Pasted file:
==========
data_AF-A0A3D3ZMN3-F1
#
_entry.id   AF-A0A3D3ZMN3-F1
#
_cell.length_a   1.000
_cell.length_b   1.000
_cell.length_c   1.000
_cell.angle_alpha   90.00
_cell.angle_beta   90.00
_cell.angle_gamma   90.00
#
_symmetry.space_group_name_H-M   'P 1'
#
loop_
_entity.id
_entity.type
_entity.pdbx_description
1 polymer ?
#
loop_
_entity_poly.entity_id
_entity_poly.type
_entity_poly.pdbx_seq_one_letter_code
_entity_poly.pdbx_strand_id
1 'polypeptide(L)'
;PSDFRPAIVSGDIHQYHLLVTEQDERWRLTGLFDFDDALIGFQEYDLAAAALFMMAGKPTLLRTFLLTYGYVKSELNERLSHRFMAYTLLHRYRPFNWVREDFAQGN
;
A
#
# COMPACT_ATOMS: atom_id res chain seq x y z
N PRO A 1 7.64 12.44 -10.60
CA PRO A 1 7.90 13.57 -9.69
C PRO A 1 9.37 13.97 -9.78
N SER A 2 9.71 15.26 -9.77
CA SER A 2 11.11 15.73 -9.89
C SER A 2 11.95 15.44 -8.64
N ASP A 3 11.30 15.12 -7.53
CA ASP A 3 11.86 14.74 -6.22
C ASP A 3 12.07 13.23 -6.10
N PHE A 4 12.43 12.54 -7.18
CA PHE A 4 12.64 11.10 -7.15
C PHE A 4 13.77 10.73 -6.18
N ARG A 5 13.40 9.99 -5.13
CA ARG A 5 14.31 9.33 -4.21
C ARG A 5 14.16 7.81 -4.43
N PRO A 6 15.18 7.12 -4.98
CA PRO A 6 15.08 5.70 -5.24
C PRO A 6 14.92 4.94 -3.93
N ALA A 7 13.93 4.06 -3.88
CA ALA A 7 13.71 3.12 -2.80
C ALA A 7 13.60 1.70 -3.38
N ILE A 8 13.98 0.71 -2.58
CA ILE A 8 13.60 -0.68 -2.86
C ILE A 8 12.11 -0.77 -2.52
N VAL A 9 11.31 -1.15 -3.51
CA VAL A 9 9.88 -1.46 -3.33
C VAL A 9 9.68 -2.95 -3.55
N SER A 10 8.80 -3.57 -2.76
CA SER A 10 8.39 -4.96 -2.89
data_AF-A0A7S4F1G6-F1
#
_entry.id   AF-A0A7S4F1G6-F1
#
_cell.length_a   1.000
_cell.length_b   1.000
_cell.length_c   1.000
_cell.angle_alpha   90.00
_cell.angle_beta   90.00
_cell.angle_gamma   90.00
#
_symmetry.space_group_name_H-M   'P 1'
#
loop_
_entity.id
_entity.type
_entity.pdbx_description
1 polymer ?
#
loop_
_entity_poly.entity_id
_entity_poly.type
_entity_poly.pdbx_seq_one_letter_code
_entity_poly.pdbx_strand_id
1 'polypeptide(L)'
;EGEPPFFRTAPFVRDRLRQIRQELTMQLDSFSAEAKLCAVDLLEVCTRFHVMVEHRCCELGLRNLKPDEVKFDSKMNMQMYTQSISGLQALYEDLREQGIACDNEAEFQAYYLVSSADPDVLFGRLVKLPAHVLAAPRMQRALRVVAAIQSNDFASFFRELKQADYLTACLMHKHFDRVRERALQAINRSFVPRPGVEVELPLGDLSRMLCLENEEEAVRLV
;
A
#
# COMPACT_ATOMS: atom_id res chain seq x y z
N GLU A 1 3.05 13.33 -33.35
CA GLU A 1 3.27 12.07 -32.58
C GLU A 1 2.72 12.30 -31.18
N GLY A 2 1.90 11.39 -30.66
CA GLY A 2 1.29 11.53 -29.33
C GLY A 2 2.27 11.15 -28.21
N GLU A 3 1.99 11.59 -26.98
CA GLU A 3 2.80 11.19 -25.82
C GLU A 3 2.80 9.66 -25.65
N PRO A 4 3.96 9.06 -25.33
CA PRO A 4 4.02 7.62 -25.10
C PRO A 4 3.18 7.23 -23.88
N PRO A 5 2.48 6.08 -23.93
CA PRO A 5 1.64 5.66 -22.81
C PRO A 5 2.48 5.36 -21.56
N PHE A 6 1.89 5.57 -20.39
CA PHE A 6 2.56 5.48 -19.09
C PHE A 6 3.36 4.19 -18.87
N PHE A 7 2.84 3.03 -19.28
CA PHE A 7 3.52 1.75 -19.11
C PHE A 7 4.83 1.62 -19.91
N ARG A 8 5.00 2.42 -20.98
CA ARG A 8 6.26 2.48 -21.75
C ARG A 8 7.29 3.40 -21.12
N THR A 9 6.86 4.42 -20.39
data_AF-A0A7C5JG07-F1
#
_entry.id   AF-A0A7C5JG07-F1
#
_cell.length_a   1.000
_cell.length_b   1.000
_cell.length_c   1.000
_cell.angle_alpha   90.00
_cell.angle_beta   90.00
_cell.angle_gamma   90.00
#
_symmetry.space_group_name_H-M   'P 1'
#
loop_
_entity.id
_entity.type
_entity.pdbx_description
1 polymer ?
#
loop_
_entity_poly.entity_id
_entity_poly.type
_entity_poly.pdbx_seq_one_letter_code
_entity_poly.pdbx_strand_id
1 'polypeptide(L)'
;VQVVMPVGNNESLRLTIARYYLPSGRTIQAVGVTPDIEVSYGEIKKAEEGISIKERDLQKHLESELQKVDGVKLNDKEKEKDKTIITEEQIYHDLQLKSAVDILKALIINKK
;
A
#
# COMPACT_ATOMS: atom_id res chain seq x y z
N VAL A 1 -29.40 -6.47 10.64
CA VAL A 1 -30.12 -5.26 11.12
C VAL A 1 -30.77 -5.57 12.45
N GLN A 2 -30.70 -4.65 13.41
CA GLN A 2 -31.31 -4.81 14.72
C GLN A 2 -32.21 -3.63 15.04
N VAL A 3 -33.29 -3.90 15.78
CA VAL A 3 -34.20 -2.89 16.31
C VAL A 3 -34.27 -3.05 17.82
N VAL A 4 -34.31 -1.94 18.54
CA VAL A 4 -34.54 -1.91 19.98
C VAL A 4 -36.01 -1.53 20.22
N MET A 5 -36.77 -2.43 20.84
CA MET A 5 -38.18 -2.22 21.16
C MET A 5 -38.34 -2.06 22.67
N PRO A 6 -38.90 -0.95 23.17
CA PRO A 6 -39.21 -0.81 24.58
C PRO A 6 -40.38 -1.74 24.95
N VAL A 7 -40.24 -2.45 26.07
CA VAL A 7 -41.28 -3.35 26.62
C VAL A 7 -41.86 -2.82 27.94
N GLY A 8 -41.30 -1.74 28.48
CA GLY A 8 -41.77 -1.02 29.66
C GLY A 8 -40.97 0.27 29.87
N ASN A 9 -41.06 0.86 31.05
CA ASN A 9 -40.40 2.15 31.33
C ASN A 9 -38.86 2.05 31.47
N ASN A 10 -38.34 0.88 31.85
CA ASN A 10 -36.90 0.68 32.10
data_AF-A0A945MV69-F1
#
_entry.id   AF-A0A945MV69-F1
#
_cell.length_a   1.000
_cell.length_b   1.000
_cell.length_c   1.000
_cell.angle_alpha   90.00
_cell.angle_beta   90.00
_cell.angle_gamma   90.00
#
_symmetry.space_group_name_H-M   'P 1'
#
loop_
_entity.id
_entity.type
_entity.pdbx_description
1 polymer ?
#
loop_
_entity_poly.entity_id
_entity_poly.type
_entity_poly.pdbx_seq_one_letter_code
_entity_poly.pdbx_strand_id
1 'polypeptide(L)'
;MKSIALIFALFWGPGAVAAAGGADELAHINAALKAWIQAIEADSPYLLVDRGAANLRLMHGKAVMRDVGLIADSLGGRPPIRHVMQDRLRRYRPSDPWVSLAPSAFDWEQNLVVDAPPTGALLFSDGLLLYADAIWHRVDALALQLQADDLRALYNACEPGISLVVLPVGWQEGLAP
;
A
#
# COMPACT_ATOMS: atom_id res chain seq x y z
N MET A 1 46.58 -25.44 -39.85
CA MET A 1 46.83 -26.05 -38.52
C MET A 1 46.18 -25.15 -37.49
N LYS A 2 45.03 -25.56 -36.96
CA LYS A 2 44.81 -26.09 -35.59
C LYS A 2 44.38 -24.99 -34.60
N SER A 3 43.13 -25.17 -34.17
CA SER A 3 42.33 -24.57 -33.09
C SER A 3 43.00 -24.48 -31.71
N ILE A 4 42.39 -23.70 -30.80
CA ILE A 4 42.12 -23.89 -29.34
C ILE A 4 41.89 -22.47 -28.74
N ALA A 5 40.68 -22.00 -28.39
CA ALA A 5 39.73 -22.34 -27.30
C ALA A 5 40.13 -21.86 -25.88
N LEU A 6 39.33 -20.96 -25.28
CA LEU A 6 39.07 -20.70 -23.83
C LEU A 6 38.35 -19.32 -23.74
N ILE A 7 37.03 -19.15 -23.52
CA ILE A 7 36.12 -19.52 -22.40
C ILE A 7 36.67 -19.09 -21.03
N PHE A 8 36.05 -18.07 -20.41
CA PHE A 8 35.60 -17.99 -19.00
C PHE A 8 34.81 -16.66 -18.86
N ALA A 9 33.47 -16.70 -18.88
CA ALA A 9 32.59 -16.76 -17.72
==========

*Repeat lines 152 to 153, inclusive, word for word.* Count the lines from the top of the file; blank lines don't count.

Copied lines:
CA VAL A 3 -34.20 -2.89 16.31
C VAL A 3 -34.27 -3.05 17.82